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October, 2009
BMJ

Competition heats up for US smokeless market
New York - Altria Group Inc. recently reported it plans to unveil a new version of Copenhagen this fall, one of several moves aimed at boosting smokeless-tobacco sales amid tough competition from lower-priced brands.

The company will launch a long-cut wintergreen version of Copenhagen, a premium brand that will compete with Reynolds-American Inc.’s (RAI) fast-growing Grizzly long-cut wintergreen variety. Altria also said it plans to expand the number of markets where it is testing the sale of Marlboro Snus.

The moves come about eight months after Altria became the biggest player in smokeless tobacco in the US by buying UST Inc., owner of the Copenhagen and Skoal brands, for about $10 bn.

Earlier this year, Altria slashed prices of Skoal and Copenhagen in an effort to compete better with discount moist-snuff brands such as Grizzly. But the company has continued to cede market share to Grizzly and others. In the wake of the price cuts, the average US price for premium moist snuff such as Skoal is about $4.15, compared with about $2.75 for discount brands such as Grizzly and Swedish Match AB’s Timber Wolf brand. That price gap of about 50% is down from about 100% in the second quarter of 2008.

Grizzly’s market share is a bit higher than Skoal, though both are around 25%, according to analysts. Copenhagen’s is about 24%. A challenge for Altria is that the total discount category now accounts for more than half of industry volume, compared with less than 10% in the mid-1990s.

The company has been testing Marlboro Snus in Dallas, Indianapolis, and Arizona. The snus category is growing, and many of the smokeless manufacturers are trying to capture the market. Scientific research has shown that smokeless tobacco, and particularly snus, are safer for users’ health than cigarettes, however no manufacturers are currently overtly promoting this fact, and the rules for such are still somewhat in flux under new FDA oversight.


Serbia
Philip Morris subsidiary cuts one-third of its staff
Belgrade - Philip Morris recently dismissed more than 300 people, or a third of its workforce, at a Serbian subsidiary in order to keep competitive, Beta news agency reported. More than 300 out of 910 employees were given notice, according to the report.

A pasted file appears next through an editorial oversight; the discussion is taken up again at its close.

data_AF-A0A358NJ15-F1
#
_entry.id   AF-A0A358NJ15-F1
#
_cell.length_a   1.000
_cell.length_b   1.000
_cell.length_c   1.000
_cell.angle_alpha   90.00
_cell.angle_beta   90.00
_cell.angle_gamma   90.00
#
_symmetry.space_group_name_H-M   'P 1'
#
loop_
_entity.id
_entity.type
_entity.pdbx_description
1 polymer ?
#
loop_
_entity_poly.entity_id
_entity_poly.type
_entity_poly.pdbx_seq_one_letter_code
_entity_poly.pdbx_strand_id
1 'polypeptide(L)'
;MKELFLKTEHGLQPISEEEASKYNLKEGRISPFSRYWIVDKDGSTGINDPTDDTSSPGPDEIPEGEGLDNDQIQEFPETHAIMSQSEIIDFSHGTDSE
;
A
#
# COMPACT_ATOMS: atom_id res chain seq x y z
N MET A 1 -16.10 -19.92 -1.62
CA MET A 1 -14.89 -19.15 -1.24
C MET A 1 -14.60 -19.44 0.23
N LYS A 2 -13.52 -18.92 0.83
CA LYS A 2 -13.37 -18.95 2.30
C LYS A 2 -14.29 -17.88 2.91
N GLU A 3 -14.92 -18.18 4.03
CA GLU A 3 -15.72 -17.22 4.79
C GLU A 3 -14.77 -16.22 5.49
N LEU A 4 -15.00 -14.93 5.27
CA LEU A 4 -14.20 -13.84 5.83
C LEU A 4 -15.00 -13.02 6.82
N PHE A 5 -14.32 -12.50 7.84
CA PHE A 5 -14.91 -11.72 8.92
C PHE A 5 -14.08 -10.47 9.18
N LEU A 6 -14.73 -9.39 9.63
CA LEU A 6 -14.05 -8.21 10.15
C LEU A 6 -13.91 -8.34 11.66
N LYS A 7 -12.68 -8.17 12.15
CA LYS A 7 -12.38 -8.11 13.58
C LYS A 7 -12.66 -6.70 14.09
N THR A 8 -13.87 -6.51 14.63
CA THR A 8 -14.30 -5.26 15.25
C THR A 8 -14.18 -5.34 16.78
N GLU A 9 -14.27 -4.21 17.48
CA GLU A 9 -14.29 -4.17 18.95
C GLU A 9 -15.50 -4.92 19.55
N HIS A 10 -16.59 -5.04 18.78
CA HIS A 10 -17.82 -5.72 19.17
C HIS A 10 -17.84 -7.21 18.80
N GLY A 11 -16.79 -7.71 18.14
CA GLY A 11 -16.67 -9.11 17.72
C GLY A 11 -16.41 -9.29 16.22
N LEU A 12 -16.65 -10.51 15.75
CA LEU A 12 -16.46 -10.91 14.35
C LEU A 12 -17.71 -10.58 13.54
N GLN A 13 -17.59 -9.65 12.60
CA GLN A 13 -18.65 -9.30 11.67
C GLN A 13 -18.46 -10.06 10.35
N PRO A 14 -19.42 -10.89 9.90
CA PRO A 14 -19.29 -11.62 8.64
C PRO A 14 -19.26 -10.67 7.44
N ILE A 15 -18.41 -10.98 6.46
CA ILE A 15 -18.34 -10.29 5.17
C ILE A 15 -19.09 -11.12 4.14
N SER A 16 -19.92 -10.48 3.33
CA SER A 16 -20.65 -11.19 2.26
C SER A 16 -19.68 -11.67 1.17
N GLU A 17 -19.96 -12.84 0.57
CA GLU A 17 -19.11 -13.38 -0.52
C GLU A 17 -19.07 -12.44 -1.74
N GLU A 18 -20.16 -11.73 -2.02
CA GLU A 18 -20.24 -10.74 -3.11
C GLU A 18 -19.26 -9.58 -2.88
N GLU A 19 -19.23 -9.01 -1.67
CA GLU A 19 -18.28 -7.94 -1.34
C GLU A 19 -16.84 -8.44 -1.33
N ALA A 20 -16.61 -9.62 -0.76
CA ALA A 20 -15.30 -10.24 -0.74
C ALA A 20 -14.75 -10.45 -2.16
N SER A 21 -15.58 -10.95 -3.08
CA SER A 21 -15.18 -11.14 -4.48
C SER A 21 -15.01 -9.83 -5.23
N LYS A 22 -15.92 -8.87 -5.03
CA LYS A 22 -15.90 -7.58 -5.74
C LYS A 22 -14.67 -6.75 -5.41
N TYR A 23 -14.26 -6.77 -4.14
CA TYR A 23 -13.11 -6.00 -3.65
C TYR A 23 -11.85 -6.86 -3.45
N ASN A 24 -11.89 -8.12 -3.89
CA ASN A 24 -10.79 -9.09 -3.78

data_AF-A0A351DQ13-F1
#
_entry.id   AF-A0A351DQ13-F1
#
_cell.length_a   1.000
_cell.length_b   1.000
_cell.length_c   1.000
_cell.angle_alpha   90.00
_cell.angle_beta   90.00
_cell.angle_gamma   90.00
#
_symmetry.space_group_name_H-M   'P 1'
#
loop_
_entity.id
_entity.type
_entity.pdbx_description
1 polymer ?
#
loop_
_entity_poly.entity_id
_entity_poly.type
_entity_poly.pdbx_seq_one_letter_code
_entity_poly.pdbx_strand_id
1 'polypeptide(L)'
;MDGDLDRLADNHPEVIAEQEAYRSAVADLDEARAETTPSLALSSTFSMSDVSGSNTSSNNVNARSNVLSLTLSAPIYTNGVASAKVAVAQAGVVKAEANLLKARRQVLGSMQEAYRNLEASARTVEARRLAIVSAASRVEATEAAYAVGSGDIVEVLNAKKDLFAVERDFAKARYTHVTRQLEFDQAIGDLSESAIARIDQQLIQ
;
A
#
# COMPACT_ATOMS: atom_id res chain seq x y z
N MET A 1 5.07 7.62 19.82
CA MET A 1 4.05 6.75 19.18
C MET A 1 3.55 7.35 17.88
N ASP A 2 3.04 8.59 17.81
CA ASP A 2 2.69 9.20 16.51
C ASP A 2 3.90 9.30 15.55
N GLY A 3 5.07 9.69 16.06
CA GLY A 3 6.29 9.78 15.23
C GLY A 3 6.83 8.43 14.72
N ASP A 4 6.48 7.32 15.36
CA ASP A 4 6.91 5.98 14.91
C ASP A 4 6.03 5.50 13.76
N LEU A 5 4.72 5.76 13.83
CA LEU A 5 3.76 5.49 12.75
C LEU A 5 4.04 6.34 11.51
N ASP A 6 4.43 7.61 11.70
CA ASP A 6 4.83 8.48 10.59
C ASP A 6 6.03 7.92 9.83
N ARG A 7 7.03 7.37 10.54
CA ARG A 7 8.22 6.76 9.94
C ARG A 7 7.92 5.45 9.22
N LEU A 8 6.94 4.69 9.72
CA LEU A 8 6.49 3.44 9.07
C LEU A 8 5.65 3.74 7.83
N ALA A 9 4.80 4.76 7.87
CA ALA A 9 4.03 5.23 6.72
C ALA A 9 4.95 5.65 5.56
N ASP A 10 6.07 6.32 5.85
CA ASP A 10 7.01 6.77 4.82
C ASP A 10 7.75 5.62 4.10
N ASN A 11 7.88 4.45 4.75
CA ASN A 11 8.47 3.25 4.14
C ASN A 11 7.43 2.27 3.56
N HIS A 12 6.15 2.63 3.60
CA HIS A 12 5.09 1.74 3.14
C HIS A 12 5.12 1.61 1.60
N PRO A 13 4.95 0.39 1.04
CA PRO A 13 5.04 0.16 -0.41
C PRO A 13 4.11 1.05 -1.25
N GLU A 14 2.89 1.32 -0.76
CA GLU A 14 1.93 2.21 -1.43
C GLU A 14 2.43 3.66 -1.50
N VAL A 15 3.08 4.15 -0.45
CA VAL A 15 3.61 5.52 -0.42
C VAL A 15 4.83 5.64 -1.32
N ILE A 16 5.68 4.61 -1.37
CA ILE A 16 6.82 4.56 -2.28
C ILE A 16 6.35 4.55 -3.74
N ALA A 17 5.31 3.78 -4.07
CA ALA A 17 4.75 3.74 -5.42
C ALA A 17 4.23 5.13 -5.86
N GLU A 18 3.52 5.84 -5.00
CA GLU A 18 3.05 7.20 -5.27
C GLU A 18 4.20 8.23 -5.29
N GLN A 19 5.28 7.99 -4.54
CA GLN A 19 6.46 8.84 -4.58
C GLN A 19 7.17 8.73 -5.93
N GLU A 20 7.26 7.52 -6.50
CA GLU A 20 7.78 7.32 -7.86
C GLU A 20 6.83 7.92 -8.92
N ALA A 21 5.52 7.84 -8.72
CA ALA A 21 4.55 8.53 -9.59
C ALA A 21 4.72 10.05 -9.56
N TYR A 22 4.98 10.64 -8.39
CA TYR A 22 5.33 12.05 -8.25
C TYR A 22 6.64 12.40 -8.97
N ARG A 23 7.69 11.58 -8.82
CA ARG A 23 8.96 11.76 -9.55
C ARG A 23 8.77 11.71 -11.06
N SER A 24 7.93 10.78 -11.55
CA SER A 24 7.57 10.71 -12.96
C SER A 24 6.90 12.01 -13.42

The job cuts and other measures planned were designed to enable Duvanska Industrija Nis (DIN) to become increasingly competitive due to lower prices and overall negative economic trends, the company said.

According to the latest official data for June, the unemployment rate stood at 26.8% in Serbia, which plunged into recession in the first quarter of 2009 as a result of shrinking foreign investment.

Philip Morris International bought DIN in 2003, paying 580 mn euros for a controlling 66% stake in the privatization of Serbia’s biggest tobacco factory.


United States
Star Scientific to seek OK for lower-risk tobacco
Petersburg - Star Scientific Inc recently stated that it plans to seek regulatory approval in early 2010 for tobacco products that promise reduced levels of carcinogens.

The company said its patented method for cultivation, curing, and preparation of tobacco will enable the company to achieve the lowest toxin levels anywhere in the world.

Star plans to submit the products for approval to the US Food & Drug Administration as “modified risk” tobacco products, under Section 911 of the new Family Smoking Prevention and Tobacco Control Act. The announcement comes on the same day that a ban on most flavored cigarettes goes into affect as part of the same legislation.


South Africa
Swedish Match finalizes the sale of its South African operation to PMI
Johannesburg - As announced this past summer, Swedish Match AB has sold its South African operation, Swedish Match South Africa to Philip Morris International. The sale has now been completed at a sales price of 1.75 bn ZAR plus a preliminary adjustment for cash and working capital amounting to 230 mn ZAR.

Tobacco International - October, 2009
Essentra


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